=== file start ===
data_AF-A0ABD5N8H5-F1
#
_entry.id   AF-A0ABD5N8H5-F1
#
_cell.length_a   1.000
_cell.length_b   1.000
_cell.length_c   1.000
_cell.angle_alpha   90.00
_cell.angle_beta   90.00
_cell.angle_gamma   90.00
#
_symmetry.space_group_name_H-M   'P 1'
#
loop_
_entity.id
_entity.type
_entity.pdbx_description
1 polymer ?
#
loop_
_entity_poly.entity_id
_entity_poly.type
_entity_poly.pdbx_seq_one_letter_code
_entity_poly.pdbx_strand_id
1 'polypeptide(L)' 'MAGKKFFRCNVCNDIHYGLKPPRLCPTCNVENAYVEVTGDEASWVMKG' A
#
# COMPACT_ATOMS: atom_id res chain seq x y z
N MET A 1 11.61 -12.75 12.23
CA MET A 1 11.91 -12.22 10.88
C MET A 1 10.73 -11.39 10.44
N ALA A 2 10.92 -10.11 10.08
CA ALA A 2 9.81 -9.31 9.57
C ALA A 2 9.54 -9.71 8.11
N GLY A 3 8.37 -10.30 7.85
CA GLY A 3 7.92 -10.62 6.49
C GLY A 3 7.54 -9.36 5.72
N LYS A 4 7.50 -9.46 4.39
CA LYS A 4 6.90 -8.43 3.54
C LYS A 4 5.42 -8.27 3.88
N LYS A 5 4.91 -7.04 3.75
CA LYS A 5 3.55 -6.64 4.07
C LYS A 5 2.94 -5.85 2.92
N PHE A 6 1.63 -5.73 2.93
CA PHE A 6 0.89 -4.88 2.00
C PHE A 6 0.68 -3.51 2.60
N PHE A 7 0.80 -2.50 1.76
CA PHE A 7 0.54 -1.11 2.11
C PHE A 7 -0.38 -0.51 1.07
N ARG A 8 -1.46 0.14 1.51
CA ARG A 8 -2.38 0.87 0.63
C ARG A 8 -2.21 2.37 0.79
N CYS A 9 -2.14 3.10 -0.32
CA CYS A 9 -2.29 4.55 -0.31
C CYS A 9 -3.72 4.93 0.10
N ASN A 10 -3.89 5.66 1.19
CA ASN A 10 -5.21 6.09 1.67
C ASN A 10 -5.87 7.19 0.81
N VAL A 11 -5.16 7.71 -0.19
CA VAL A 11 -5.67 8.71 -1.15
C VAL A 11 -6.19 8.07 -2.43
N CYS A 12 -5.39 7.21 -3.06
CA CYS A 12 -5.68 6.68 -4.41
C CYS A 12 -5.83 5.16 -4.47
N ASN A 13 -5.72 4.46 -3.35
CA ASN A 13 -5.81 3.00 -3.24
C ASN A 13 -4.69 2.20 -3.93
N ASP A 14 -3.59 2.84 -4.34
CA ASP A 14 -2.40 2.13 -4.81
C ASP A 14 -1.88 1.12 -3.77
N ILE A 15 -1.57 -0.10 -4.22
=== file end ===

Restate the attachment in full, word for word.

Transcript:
data_AF-A0ABD5N8H5-F1
#
_entry.id   AF-A0ABD5N8H5-F1
#
_cell.length_a   1.000
_cell.length_b   1.000
_cell.length_c   1.000
_cell.angle_alpha   90.00
_cell.angle_beta   90.00
_cell.angle_gamma   90.00
#
_symmetry.space_group_name_H-M   'P 1'
#
loop_
_entity.id
_entity.type
_entity.pdbx_description
1 polymer ?
#
loop_
_entity_poly.entity_id
_entity_poly.type
_entity_poly.pdbx_seq_one_letter_code
_entity_poly.pdbx_strand_id
1 'polypeptide(L)' 'MAGKKFFRCNVCNDIHYGLKPPRLCPTCNVENAYVEVTGDEASWVMKG' A
#
# COMPACT_ATOMS: atom_id res chain seq x y z
N MET A 1 11.61 -12.75 12.23
CA MET A 1 11.91 -12.22 10.88
C MET A 1 10.73 -11.39 10.44
N ALA A 2 10.92 -10.11 10.08
CA ALA A 2 9.81 -9.31 9.57
C ALA A 2 9.54 -9.71 8.11
N GLY A 3 8.37 -10.30 7.85
CA GLY A 3 7.92 -10.62 6.49
C GLY A 3 7.54 -9.36 5.72
N LYS A 4 7.50 -9.46 4.39
CA LYS A 4 6.90 -8.43 3.54
C LYS A 4 5.42 -8.27 3.88
N LYS A 5 4.91 -7.04 3.75
CA LYS A 5 3.55 -6.64 4.07
C LYS A 5 2.94 -5.85 2.92
N PHE A 6 1.63 -5.73 2.93
CA PHE A 6 0.89 -4.88 2.00
C PHE A 6 0.68 -3.51 2.60
N PHE A 7 0.80 -2.50 1.76
CA PHE A 7 0.54 -1.11 2.11
C PHE A 7 -0.38 -0.51 1.07
N ARG A 8 -1.46 0.14 1.51
CA ARG A 8 -2.38 0.87 0.63
C ARG A 8 -2.21 2.37 0.79
N CYS A 9 -2.14 3.10 -0.32
CA CYS A 9 -2.29 4.55 -0.31
C CYS A 9 -3.72 4.93 0.10
N ASN A 10 -3.89 5.66 1.19
CA ASN A 10 -5.21 6.09 1.67
C ASN A 10 -5.87 7.19 0.81
N VAL A 11 -5.16 7.71 -0.19
CA VAL A 11 -5.67 8.71 -1.15
C VAL A 11 -6.19 8.07 -2.43
N CYS A 12 -5.39 7.21 -3.06
CA CYS A 12 -5.68 6.68 -4.41
C CYS A 12 -5.83 5.16 -4.47
N ASN A 13 -5.72 4.46 -3.35
CA ASN A 13 -5.81 3.00 -3.24
C ASN A 13 -4.69 2.20 -3.93
N ASP A 14 -3.59 2.84 -4.34
CA ASP A 14 -2.40 2.13 -4.81
C ASP A 14 -1.88 1.12 -3.77
N ILE A 15 -1.57 -0.10 -4.22